By Daryl V. Atkinson, Second Chance Fellow with the Bureau of Justice Assistance at the U.S. Department of Justice
This April, during National Crime Victims’ Rights Week and the first National Reentry Week, we celebrate America’s progress in supporting both crime victims and the thousands of individuals who return to our communities every year from jails and prisons. Only one calendar week separates the two observances, but the gulf of public perception–who society envisions as victims and perpetrators of crime–is much wider, often to the detriment of getting people the help they need.
Americans are conditioned to view victims and incarcerated people as two separate if not mutually exclusive categories. As two attorneys privileged to work on the front lines of criminal justice policy reform, each in fellowships designed to build bridges and elevate the voices of impacted communities, we understand the need to address these oversimplified notions. As two survivors of serious violent crime, we understand what is at stake.
Notwithstanding game-changing victories in law and policy on behalf of crime victims, a majority remain unserved and unseen. Only about nine percent of victims of serious violent crime receive direct assistance from a victim service agency. When the crime is not reported to police, the case for approximately half of these victimizations, that number drops to four percent.
A growing body of research on trauma reveals the profound implications for victims who are unable to access the help they need to stabilize their lives. Without positive outlets and support, a victim is more likely to follow a path of self-medicating through substances or other self-destructive behavior – including involvement in the justice system – perpetuating cycles of victimization or harm.
Many of the 600,000 people released from state and federal prisons and the 10 to 12 million who cycle in and out of local jails annually were once, if not many times, themselves victims of violence. They all face tremendous challenges navigating the maze of collateral consequences that may be triggered by having a record, such as lack of access to stable housing and employment. But far less discussed is the lack of access to victim services – or the need for them in the first place.
As the country embraces meaningful second chances for people with records, it is time we also address the role that trauma may have played in their lives. The years the two of us have spent processing our experiences with violence – including our encounters with law enforcement and others capable of helping or hindering our path – and the years we’ve spent working to improve the outcomes of those whose lives touch the system as victims or perpetrators, have landed us at a similar set of questions.
How can the victim assistance field find new ways to reach the underserved? How many do not feel comfortable reporting crime or being labeled as victim, or feel incapable of being seen as one in the first place? How does the unaddressed trauma of incarcerated people impact their ability to successfully reenter society? How do those victimized in the past, including those who use drugs or harmed others to feel control or safe in the world, get a second chance at healing or stability in the future?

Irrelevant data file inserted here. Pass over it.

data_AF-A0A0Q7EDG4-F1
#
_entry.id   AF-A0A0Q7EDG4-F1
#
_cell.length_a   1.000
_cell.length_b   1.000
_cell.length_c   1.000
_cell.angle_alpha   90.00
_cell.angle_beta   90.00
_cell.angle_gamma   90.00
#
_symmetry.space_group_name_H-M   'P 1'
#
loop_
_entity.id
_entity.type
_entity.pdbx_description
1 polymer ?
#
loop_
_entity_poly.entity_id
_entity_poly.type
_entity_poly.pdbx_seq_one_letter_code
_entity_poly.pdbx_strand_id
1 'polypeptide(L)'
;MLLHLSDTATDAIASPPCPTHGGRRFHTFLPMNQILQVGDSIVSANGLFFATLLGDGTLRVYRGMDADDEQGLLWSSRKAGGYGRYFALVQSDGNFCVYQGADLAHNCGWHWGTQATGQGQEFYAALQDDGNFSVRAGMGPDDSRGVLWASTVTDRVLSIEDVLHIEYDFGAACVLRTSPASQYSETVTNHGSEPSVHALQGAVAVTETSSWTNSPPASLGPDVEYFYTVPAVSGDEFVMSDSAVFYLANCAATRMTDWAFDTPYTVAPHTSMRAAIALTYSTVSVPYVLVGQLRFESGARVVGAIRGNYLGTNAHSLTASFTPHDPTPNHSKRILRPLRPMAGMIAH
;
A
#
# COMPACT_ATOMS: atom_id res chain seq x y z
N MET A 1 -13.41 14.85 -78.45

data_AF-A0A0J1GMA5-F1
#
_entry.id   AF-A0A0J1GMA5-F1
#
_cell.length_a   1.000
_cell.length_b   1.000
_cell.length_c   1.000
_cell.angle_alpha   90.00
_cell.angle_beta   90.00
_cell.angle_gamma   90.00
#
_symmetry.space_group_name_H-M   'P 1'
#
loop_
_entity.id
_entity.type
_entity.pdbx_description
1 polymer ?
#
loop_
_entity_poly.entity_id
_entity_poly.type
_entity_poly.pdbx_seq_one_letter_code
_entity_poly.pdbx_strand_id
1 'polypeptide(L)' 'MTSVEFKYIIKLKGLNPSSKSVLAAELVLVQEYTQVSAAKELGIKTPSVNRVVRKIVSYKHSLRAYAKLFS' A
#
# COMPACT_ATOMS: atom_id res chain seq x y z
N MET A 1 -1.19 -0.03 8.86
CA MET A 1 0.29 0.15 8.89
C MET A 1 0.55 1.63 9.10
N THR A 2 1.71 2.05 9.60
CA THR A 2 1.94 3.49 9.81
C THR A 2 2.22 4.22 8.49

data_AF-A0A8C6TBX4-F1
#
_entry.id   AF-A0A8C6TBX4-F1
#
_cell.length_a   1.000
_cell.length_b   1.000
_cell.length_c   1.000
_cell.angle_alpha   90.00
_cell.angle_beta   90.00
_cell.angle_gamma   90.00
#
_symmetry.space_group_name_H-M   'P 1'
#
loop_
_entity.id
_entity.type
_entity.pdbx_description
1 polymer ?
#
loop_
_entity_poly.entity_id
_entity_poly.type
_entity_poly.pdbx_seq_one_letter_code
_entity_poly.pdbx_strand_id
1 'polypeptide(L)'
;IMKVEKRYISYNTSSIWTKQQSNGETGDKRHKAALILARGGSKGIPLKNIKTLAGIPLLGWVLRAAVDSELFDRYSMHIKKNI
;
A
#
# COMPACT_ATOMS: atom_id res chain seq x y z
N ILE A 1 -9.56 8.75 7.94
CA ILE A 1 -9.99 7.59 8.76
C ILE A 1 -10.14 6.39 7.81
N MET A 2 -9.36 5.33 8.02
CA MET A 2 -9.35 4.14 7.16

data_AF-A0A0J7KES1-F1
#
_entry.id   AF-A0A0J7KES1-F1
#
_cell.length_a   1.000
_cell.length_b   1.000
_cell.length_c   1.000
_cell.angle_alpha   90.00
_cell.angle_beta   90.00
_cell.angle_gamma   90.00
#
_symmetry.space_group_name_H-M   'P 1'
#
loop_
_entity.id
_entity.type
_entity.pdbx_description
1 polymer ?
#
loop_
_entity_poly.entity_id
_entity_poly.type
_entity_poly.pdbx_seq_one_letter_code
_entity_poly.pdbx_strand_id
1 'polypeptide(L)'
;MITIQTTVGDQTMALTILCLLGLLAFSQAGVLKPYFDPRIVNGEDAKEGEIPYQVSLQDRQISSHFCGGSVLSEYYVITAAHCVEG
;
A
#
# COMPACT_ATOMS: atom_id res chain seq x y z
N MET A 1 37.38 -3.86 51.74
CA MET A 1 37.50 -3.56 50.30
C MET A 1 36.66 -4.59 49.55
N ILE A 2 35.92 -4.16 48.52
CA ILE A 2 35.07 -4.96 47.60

We believe in naming these hard questions, and working for better answers and futures for all. The Department of Justice is already taking bold steps to meet the needs of underserved victims with records, and in support of those at risk. In 2015, the Office for Victims of Crime funded 12 demonstration sites throughout the country seeking to improve responses to male survivors of violence, particularly boys and young men of color. Though young black and brown men represent some of the highest rates of victimization, they are far more likely to end up incarcerated than in a victims services program. By providing survivor-centered strategies, peer-learning, cross-training, and robust program evaluation, this initiative will not only touch lives but yield valuable insight into what is effective, what is being missed, and why.
OVC is also working to launch a post-conviction advocacy project with the American Bar Association that will provide training and technical assistance to help vacate convictions for survivors of human trafficking. In other words, sometimes a cutting-edge victim services program and a cutting-edge reentry program are the same thing.
On the research side, expanded use of tools such as the Bureau of Justice Statistics’ National Inmate Survey on the role and extent of prior victimization, and redesign of the National Crime Victimization Survey to shed additional light on reporting and help-seeking, are just two efforts underway to create a more nuanced picture of the explicit and implicit barriers that exist or fuel cycles of vulnerability and harm.
These are just some of the examples, and together we can do more. We can uncover more holistic data on the ways violence impacts victims’ lives. We can address the knowledge gap in reentry, learning more about the population as a whole and looking on a granular level at what works. Developing this body of knowledge will help policymakers and the public break down false distinctions in an overlapping world.
National Crime Victims’ Rights Week and National Reentry Week are both about progress, triumphs, and rebuilding lives. One celebrates the collective will to treat all crime victims as worthy of healing; the other the collective will to see all who have paid their debt to society as worthy of a second chance. This April at the Department of Justice and across the country, they have the potential to touch many of the same lives.